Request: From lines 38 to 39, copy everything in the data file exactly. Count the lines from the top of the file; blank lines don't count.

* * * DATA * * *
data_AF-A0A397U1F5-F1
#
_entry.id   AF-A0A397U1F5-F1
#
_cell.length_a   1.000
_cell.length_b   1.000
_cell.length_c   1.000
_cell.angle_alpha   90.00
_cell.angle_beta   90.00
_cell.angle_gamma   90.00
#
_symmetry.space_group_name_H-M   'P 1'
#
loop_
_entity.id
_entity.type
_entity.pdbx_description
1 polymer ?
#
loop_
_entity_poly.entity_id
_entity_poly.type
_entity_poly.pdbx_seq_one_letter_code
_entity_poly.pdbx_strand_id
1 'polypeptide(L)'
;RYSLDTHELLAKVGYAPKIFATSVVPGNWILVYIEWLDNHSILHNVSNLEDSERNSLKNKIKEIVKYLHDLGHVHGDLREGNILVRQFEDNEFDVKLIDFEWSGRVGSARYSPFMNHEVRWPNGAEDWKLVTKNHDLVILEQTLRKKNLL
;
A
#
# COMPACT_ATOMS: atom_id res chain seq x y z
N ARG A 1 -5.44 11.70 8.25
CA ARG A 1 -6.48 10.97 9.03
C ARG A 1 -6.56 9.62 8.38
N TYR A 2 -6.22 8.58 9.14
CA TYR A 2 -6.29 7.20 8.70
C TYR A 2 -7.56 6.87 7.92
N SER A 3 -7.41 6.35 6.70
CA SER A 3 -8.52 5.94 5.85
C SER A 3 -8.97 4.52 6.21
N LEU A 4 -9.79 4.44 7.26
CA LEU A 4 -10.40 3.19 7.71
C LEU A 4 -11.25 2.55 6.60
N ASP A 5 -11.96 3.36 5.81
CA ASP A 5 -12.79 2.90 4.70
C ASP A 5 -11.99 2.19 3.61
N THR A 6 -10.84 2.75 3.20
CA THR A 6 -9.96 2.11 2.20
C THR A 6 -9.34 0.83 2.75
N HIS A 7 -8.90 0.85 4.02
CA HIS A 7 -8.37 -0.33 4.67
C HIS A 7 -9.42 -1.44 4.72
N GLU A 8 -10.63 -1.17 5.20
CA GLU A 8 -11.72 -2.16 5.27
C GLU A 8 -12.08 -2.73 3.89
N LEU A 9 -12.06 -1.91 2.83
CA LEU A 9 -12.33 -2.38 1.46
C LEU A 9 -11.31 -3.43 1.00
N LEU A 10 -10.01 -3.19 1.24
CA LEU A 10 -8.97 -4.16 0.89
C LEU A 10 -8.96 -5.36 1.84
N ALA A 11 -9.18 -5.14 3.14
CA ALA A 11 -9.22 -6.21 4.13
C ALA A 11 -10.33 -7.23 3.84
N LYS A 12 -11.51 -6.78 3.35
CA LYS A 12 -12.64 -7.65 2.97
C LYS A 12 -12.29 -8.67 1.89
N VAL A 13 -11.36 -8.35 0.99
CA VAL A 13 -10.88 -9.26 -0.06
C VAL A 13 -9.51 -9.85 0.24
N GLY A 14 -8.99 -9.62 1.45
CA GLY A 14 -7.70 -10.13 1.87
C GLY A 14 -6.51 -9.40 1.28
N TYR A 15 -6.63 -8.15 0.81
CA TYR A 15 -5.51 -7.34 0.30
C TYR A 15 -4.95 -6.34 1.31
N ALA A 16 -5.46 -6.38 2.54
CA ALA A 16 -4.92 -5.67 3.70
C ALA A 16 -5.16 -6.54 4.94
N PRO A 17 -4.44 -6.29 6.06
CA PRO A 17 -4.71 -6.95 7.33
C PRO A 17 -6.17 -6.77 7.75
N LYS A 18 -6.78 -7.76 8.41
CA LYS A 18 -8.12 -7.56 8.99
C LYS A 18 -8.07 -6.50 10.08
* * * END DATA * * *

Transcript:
CA SER A 3 -8.52 5.94 5.85
C SER A 3 -8.97 4.52 6.21